Then came a very special event which was a highlight of my musical year. My dear friend Hiromi Kubota who also happens to be a wonderful Indonneasian dancer, produced the "Spirit of Asia" concert in Tokyo featuring two of Japans great young artists, Yutaka Oyama (shamisen) and Akihisa Kominato (shakuhachi). These two musicians are fully rooted in their traditions and are highly respected for carrying their traditions forward, but they also are able to free their minds from those guide lines and play fully improvised music. I found that we were able to weave in elements of jazz, blues, rock and totally open landscapes. The rhythmic interplay with Yutaka-san reminded me of the sparks and explosive runs that i use to have in the band Curandero with guitarist Miguel Espinoza. Swimming in the joyous ocean of rhythm. And few people know this, but I use to play a little shakuhachi many years back and it has always been a love of mine. Aki-san's playing is exactly what I dreamed of all those years ago and now we get to play together. His control and freedom on the instrument is mind blowing when you understand how difficult an instrument the shakuhachi is.
So the trio had one rehearsal and then the concert. It is always amazing to me to play with artists who can just show up and create an entire evening of music based on little or no preparation. Of course I also love the deepening that happens musically when artists really get to know one another, so we'll get to have the best of both worlds as we develop music for this trio in the years to come. We have a Japan tour under works for next September. And starting in 2013 I hope to start touring with them in other countries, so keep your eyes pealed for when we come to your area.
Spirit of Asia Trio - Yutaka Oyama (shamisen) / Akihisa Kominato (shakuhachi) / Ty (tabla)
Trio performing live at CAY in Tokyo
Akihisa Kominato & Ty exploring...
Yutaka Oyama & Ty having a blast!!
Akihisa Kominato / Ty / Yutaka Oyama
Following the trio concerts I had several smaller events around Tokyo including a couple of Musical Universe workshops. These workshops are deepening to a point now where the need for a manual text book is needed for people to be able to continue their studies. And as a matter of fact, I recently have been contracted to write two books which will be due by the end of 2014. One of these books will focus on stories and adventures from my life and the amazing people I have had the blessing of spending time with. This book will directly tie into the topics within the Musical Universe. The second book (s) will be a text book for understanding and deepening the practice of Nada Yoga and the Musical Universe. I am very excited to write these books provided i can find the time between the tours :) But to have a means to share this topic with musicians, therapists and people of all backgrounds will be deeply fulfilling to me.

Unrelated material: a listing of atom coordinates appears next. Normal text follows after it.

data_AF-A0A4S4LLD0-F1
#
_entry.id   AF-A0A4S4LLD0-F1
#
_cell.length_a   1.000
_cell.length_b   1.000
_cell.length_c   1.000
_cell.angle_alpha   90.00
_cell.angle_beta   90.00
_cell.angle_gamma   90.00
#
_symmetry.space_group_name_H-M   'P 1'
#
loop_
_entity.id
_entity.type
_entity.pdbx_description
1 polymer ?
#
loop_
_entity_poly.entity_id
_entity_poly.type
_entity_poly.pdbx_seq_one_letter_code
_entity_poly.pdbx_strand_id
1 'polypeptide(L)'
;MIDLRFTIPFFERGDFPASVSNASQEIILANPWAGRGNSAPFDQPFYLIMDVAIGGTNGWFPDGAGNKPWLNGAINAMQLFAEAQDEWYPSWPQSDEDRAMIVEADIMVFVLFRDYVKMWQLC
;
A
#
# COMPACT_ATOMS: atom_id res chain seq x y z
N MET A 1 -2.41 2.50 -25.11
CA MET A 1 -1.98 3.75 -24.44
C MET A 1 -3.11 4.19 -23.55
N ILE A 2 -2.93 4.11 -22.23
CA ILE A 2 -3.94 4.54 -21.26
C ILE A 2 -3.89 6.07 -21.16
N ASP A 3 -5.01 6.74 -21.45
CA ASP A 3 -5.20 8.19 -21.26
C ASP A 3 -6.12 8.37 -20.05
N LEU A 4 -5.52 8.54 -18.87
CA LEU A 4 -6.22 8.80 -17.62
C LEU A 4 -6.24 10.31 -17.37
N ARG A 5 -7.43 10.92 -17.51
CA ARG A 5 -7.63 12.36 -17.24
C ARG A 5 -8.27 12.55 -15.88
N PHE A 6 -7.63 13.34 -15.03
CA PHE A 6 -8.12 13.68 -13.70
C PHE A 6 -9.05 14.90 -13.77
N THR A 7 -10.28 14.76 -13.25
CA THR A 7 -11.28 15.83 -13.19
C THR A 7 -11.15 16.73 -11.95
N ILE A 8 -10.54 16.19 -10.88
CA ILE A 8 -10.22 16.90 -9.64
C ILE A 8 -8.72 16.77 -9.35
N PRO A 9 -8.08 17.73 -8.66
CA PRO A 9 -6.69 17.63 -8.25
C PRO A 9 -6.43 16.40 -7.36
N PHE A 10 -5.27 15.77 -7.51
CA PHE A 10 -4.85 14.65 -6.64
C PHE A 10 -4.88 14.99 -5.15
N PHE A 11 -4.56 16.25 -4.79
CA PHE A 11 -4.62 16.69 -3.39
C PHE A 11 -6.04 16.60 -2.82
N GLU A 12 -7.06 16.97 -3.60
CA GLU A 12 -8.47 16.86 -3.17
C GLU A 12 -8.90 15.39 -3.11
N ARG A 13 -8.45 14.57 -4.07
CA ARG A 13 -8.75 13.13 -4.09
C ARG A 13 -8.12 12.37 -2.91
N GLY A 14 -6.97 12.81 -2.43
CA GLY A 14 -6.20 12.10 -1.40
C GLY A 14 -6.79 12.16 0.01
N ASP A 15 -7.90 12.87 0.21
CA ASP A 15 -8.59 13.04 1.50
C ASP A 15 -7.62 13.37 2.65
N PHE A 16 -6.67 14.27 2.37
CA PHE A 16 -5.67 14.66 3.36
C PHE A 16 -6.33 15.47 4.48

Much of the help I receive to be able to do the work I do in Japan is because of a few close friends and mostly has been Kaori Mizuno. She is my Tala Records Tokyo based assistant and does lots of my booking, flyer design and translation for the Japan tours. Heart felt thanks and many blessings to her and all the wonderful people who help make my visits possible.
Kaori-san & Kazuyo Kaneko (amazing latin dancer) at an event after party.
It is always an important un-winding and fun filled part of the night.
Then began the next phase of the tour with my dear friend and sitar maestro Shubhendra Rao. This portion of the tour was produced by my student Jun Haraguchi and her partner Shinya Ando (santoor player). They arranged a separate producer in each of the 4 cities we did concerts in who were all wonderful and generous. In Niigata we had Saito Isamu (sitarist) and Mika Yamashita. In Nagoya we had Jun-san (tabla) and Shinya-san (santoor). In Kyoto we had Bayan-san (tabla) and in Tokyo we had Reiko Watahiki who is a great lover of the music. It was so fun, because many of the producers from the other cities also came along to the other concerts. So we had a kind of musical caravan happening across central Japan.
Shubhendra and Ty leaning on Jun-san's cute little car!
Tour producers Saito-san, Jun-san, Shinya-san and translator Ayako Saito in Nagoya.
Niigata sitarist and producer Saito-san and Gifu santoor player and producer Shinya-san.
I am again and again deeply moved by the hard work and care given to most everything in Japan. To find that quality in the producers, students and audience for music is truly a gift. The process of sharing the love of the arts and witnessing the opening of a heart is worth all the years of hard work developing these pathways to music lovers around the world. Japan and it's people are an inspiration to the rest of the world in all these ways!